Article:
Kids Design Glass


Kids Design Glass began as an education program at the Museum of Glass in Tacoma, Washington. Master glass artists from the museum’s Hot Shop selected drawings of mythical monsters by children in local schools and, with the children’s help, transformed the drawings into glass sculptures that combine youthful imagination with the pristine beauty of art glass. The success of the project led to a traveling exhibition of 52 glass sculptures, along with the original drawings that inspired them.

bananaW.jpgKids Design Glass explores the creative process, from pure imagination to advanced technical skills. As Benjamin W. Cobb, one of the lead artists on the project, wrote in the exhibition catalog, “For the kids, it is several minutes of creativity and fun in the studio. For the glassblowers, the program means several hours of sweating it out in the Hot Shop, staying true to a design with unrealistic dimensions, unforgiving irregularities, and strange color combinations…we, the glassblowers, have to let go of everything we have learned about symmetry, form, color and perfection and embrace an artistry that colors outside the lines.”

To personalize the experience of presenting Kids Design Glass at the Figge, a drawing by a young artist (12 and under) from the Quad Cities will be selected by the Hot Shop artists from the Museum of Glass. The lucky child’s artwork will be translated into a glass sculpture. This process of creating the sculpture will be streamed live from the Hot Shop in Tacoma, Washington from 2-7 pm on March 30 in the Figge Art Museum auditorium. The contest will run from February 1-February 22.
 

Kids Design Glass is on view from January 18 through May 4, 2014.
This exhibition is organized by the Museum of Glass in Tacoma, Washington.





Designed by Olivia Gamache (age 7) and made by Bee Kingdom and Museum of Glass Hot Shop Team, Flower Turtle, 2008, blown and hot-sculpted glass with applied bits.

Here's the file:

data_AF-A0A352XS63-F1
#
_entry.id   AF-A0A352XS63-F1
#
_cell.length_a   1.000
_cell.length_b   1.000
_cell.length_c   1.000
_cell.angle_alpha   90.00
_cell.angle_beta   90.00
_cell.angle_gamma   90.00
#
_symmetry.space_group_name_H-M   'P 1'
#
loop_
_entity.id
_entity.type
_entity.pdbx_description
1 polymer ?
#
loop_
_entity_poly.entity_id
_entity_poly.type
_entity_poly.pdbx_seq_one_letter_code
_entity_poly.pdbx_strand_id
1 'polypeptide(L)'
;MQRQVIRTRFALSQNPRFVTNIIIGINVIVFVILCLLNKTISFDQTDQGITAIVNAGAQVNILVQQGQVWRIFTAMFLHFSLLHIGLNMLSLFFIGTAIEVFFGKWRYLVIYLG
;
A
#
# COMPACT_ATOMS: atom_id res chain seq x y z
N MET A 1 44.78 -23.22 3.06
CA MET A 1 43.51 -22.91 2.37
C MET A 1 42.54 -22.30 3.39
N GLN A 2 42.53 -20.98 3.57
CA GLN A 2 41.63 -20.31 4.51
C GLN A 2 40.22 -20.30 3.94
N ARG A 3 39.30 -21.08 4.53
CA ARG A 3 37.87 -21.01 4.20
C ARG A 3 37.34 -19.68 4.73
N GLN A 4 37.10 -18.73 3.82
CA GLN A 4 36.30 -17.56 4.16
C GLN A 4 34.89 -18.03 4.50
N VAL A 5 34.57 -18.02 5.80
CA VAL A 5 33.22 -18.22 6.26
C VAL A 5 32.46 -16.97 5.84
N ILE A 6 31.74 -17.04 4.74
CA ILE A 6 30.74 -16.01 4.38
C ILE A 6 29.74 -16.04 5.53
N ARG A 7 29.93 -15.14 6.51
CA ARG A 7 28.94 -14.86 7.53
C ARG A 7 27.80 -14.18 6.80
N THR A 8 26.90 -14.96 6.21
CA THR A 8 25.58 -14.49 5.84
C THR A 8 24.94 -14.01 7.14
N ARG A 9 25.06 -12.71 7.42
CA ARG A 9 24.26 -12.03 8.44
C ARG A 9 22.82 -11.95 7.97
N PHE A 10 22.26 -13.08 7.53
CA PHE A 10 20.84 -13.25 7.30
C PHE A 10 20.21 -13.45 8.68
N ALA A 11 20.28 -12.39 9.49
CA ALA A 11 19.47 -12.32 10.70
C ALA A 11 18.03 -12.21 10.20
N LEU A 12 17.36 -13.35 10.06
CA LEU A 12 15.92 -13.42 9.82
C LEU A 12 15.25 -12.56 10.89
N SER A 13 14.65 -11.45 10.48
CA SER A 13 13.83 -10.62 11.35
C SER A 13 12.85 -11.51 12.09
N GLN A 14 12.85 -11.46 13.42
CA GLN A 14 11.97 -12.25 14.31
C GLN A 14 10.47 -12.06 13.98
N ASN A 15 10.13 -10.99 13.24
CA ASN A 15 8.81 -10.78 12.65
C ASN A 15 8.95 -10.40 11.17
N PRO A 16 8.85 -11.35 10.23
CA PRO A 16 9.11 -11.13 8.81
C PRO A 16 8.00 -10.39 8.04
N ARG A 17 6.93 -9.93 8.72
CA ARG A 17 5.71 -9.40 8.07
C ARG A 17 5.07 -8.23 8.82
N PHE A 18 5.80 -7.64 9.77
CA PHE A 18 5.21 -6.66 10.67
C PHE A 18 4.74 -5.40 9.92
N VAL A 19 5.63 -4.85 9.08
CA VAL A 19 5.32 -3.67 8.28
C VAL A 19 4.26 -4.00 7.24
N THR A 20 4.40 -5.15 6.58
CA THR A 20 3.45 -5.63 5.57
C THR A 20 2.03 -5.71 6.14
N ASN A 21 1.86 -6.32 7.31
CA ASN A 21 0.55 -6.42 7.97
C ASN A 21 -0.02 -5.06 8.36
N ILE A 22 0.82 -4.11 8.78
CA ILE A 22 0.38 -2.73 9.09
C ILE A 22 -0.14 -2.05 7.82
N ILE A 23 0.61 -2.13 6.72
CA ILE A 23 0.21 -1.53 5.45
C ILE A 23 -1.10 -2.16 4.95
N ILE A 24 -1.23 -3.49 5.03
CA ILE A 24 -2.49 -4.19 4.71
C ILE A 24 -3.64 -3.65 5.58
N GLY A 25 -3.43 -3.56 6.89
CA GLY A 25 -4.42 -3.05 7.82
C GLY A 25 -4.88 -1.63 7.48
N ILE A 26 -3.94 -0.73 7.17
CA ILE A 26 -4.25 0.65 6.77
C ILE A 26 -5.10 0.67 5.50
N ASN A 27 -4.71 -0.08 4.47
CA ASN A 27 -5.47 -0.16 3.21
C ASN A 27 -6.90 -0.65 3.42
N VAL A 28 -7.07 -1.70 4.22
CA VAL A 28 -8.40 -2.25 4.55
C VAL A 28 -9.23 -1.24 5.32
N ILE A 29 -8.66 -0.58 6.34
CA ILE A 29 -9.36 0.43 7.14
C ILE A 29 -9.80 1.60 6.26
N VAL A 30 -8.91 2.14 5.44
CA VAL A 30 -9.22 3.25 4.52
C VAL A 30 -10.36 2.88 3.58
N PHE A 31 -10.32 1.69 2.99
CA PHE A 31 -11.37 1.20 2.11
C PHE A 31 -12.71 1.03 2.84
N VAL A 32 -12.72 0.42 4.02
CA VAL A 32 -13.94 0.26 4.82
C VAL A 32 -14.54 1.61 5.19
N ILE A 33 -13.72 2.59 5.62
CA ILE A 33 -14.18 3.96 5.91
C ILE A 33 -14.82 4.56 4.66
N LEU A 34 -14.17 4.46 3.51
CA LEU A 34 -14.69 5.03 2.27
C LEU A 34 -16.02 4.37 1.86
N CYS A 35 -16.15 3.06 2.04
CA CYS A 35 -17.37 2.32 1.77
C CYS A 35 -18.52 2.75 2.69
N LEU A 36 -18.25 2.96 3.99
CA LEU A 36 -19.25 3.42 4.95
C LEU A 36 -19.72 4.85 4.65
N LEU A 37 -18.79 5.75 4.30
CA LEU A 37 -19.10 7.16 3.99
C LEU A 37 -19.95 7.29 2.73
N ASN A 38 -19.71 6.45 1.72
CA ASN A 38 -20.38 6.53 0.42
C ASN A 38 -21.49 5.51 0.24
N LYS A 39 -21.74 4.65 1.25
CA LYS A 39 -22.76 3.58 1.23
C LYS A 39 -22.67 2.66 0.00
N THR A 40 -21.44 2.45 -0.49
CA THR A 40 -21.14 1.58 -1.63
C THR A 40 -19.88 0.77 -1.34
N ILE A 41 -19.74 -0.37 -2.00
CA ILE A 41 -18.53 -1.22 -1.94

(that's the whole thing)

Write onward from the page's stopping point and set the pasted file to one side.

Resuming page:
Designed by Macay Fischer (age 8) and made by Museum of Glass Hot Shop Team, Banana Bam, 2007, blown and hot-sculpted glass with applied bits.


Kids Design Glass


Kids Design Glass began as an education program at the Museum of Glass in Tacoma, Washington. Master glass artists from the museum’s Hot Shop selected drawings of mythical monsters by children in local schools and, with the children’s help, transformed the drawings into glass sculptures that combine youthful imagination with the pristine beauty of art glass. The success of the project led to a traveling exhibition of 52 glass sculptures, along with the original drawings that inspired them.

bananaW.jpgKids Design Glass explores the creative process, from pure imagination to advanced technical skills. As Benjamin W. Cobb, one of the lead artists on the project, wrote in the exhibition catalog, “For the kids, it is several minutes of creativity and fun in the studio. For the glassblowers, the program means several hours of sweating it out in the Hot Shop, staying true to a design with unrealistic dimensions, unforgiving irregularities, and strange color combinations…we, the glassblowers, have to let go of everything we have learned about symmetry, form, color and perfection and embrace an artistry that colors outside the lines.”

To personalize the experience of presenting Kids Design Glass at the Figge, a drawing by a young artist (12 and under) from the Quad Cities will be selected by the Hot Shop artists from the Museum of Glass. The lucky child’s artwork will be translated into a glass sculpture. This process of creating the sculpture will be streamed live from the Hot Shop in Tacoma, Washington from 2-7 pm on March 30 in the Figge Art Museum auditorium. The contest will run from February 1-February 22.
 

Kids Design Glass is on view from January 18 through May 4, 2014.
This exhibition is organized by the Museum of Glass in Tacoma, Washington.





Designed by Olivia Gamache (age 7) and made by Bee Kingdom and Museum of Glass Hot Shop Team, Flower Turtle, 2008, blown and hot-sculpted glass with applied bits.

Designed by Macay Fischer (age 8) and made by Museum of Glass Hot Shop Team, Banana Bam, 2007, blown and hot-sculpted glass with applied bits.